I drop my pistol immediately so that I have space for another weapon later. It doesn't really save time, it merely simplifies future actions.
I perform the crouch glitch to quickly squeeze under the gates. As shown here, you can usually crouch under the first gate and stay in a slightly lowered state all the way to the next gates, so you can effectively squeeze under all of them with the same crouch input.
The stage ends by acquiring the float glitch off of the bottom of the first ladder, and then using objects around the next room to gain the height necessary enough to pass through a wall with no collision, spamming crouch inputs to reduce height, and then floating to the end. You will be seeing this same process a handful of times throughout the run.
Similar to the previous stage, but with more action.
I fire the shotgun to alert the grunts above. It's possibly coincidence but ever since I started doing that, it's manipulated them into better positions. They can slow me down if they decide to do things such as blow up the barrel to my right after I climb up the ladder.
I stay a decent distance away from the Heavy Armor when he bursts through to manipulate him into moving out of the way. He can be disposed of, but doing so would be about five seconds slower than simply waiting for him to move since he takes quite some effort to kill.
The stage ends in a similar manner to the previous stage.
This stage is basically all about not having a few grunts get in your way and getting the float in a reasonable amount of time.
You may notice when the stage started, I immediately jumped. This is a common occurrence that happens when the previous stage ended with floating active, and is the reason I spam crouch in the beginning. The jump happens with very little forward momentum, and I need to be on the ground to generate momentum.
A substantial timesaver that doesn't involve the float glitch takes place early into this stage. By lining yourself directly with the terminal near the giant logo, you can retain the ability to jump while on the terminal, so that you may jump off the terminal and onto the logo, and then jump from the top of the logo to the top floor, saving around a minute. I try to properly align myself with the terminal before jumping onto it. The top of the terminal lacks friction, and in order to be able to jump off of it, you need to jump onto it from a precise angle.
At the end, there is a turret sequence where you are expected to fend off a swarm of Replicas, but you can instead intentionally cause the turret to be destroyed, which happens faster if you take out a single grunt to cause a wave of them to spawn. The path to the next stage unlocks the moment the turret explodes, and then you can simply make your way there. I try to avoid accidentally picking up a rifle since I want the empty slot. Sometimes when the grunt dies, he doesn't drop his rifle.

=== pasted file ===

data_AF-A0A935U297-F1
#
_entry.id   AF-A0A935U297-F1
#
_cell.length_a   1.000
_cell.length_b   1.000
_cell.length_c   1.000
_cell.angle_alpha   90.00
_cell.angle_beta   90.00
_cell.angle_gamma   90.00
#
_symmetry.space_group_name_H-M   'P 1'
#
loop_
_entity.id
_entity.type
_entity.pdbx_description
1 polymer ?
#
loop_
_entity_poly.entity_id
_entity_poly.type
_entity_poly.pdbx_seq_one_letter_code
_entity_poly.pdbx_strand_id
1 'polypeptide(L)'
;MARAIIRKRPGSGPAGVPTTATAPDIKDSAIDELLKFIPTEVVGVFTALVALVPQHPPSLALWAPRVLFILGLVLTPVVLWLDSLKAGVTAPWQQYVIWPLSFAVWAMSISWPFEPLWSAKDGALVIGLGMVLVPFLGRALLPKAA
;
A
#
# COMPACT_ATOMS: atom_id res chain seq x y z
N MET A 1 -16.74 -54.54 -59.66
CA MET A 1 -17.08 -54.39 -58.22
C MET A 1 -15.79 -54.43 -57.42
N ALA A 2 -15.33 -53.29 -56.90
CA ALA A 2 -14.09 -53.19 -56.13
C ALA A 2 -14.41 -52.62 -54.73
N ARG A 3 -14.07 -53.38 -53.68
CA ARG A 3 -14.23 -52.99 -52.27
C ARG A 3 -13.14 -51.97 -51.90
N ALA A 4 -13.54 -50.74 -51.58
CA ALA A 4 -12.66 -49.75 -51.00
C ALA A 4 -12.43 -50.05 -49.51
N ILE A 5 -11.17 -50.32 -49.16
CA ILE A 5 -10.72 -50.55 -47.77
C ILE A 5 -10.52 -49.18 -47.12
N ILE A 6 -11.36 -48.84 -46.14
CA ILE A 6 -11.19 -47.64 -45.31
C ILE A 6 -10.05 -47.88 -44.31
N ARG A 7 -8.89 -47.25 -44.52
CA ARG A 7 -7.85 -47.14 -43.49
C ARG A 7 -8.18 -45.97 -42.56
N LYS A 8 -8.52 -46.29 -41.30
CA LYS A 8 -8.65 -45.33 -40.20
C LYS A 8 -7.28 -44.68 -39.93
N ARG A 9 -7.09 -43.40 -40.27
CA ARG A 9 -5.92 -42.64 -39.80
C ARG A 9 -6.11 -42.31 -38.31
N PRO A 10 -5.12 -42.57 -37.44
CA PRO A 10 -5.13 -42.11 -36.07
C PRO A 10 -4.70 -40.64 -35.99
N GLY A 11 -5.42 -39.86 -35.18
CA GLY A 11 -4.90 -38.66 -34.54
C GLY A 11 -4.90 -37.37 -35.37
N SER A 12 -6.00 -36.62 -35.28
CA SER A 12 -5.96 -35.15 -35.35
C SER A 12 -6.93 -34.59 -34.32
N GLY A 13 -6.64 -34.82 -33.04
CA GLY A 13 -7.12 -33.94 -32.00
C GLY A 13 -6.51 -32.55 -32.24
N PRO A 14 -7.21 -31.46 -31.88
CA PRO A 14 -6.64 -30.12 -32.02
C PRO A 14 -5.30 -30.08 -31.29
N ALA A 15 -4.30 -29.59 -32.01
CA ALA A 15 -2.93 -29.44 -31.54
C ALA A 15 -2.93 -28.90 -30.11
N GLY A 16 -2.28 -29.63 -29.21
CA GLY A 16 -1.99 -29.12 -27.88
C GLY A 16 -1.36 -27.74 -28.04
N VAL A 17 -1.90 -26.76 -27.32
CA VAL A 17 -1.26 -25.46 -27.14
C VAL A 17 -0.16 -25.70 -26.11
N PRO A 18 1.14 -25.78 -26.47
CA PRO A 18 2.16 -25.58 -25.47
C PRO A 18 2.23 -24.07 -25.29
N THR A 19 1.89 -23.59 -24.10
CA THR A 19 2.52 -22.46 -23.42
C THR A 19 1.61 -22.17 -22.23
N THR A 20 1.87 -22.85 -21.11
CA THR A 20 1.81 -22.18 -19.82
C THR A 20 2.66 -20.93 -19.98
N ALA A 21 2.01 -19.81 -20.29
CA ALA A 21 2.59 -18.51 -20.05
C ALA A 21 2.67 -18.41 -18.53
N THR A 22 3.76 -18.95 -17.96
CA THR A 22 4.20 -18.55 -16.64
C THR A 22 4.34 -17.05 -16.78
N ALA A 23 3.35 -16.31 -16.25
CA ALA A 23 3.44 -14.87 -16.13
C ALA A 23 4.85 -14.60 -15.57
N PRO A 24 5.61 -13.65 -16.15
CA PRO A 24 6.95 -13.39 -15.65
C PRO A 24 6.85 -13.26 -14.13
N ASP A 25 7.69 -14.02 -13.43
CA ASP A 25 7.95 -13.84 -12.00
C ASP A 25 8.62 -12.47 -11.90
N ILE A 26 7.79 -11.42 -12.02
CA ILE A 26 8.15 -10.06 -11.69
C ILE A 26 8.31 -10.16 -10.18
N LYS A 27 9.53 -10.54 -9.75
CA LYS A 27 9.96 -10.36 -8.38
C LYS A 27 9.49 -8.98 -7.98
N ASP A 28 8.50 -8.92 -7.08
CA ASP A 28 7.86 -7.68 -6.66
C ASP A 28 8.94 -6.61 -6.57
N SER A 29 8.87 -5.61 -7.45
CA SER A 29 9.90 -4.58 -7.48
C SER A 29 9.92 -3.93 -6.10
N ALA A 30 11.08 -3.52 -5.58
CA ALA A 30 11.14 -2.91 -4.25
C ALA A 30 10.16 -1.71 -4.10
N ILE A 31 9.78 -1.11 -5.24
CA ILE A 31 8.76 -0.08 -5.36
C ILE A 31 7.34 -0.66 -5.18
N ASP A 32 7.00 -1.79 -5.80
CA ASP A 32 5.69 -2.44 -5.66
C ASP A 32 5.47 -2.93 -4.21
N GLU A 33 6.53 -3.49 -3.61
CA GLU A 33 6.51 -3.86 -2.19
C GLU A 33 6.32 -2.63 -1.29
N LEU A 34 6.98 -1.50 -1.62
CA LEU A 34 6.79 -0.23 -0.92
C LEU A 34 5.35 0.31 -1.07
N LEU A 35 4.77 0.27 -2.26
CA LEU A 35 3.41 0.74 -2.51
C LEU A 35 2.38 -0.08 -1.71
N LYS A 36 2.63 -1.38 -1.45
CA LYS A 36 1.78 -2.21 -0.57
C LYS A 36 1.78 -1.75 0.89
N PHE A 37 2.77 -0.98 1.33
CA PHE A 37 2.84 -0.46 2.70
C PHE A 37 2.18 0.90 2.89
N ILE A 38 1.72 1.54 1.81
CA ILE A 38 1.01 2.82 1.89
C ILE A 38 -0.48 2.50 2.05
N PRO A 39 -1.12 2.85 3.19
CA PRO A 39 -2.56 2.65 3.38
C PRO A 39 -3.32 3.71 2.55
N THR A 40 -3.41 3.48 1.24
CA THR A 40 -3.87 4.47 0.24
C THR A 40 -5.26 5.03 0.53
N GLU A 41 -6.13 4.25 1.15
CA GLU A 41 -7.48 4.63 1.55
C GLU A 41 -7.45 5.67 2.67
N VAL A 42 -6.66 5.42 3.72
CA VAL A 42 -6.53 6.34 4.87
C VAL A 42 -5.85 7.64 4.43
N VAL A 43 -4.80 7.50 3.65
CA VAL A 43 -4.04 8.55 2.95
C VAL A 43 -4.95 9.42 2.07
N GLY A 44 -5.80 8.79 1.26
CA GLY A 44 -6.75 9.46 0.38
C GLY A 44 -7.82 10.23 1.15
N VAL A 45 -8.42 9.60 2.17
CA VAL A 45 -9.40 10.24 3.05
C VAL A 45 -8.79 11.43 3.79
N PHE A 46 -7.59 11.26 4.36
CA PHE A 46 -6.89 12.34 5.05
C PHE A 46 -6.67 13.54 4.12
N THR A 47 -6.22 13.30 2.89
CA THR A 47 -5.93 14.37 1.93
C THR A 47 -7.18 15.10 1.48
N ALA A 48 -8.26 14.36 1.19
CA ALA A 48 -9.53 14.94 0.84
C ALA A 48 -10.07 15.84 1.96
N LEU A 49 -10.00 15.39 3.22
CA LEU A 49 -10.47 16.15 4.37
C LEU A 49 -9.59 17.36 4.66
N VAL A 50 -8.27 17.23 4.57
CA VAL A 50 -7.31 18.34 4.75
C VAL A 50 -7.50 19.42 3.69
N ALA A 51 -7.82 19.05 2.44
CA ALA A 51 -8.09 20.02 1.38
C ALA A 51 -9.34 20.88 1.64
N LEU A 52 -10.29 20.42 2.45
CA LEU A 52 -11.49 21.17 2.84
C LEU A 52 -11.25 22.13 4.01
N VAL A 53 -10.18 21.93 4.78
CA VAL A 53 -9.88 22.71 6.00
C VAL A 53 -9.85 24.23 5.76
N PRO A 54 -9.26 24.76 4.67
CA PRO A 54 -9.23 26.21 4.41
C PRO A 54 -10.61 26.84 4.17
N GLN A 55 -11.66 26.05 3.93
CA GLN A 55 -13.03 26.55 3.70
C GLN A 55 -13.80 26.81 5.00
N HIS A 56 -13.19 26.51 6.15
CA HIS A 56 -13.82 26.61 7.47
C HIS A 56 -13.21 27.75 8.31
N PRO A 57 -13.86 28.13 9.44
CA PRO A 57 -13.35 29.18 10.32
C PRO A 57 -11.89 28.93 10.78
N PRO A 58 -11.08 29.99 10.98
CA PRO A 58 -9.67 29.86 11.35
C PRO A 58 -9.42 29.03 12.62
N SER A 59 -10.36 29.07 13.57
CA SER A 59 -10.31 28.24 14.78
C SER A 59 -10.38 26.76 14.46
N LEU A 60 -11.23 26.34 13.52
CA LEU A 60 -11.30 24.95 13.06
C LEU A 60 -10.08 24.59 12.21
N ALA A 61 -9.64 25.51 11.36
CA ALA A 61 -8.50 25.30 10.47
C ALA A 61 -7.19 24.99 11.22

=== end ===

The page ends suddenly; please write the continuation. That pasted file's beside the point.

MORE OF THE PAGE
This stage gifts the player with the almighty Lightning Arc Weapon, or perhaps amusingly, LAW for short. The LAW is by far the most useful weapon in a speedrun as it not only deals outstanding damage, but when aimed above the head of a target, it will lock on to the head of the target, effectively dealing a headshot, making encounters with Nightcrawler Elites throughout the game less variable.
This stage involves two instances of climbing ropes. The one in the beginning saves a few seconds. The one after the hallucination near the end saves around 12 seconds. Normally, ropes are extremely slippery and impossible to climb up, but if you walk from a normal surface onto these ropes, the ropes won't have this slippery property, allowing them to be climbed.
The LAW shows why it is the LAW during Nightcrawler Elite fights. Nightcrawler Elites normally die in two proper headshots with this weapon. I take a certain path through the room initially to make it less likely for the enemies to be alerted to my presence until I begin opening fire. This is because enemies in an 'unaware' state seem to take more damage from attacks for whatever reason. An 'unaware' Nightcrawler Elite can be felled by one LAW bolt, which makes the room substantially easier to clear.
The stage ends with an example of the crouch glitch inside a vent, allowing me to run directly through the vent instead of having to slide through.
There were a few awkward moments in this stage. Some were due to how I was trying to handle the situations I was presented with, but some were simply ugly input errors.
Not a lot to be said about this stage. You basically spend half of it in a cutscene and the other half running across the battlefield to the end. I try to take out friendly soldiers if I feel they are in or are going to be in my direct movement path, but just like enemy soldiers, they sometimes refuse to go down easily.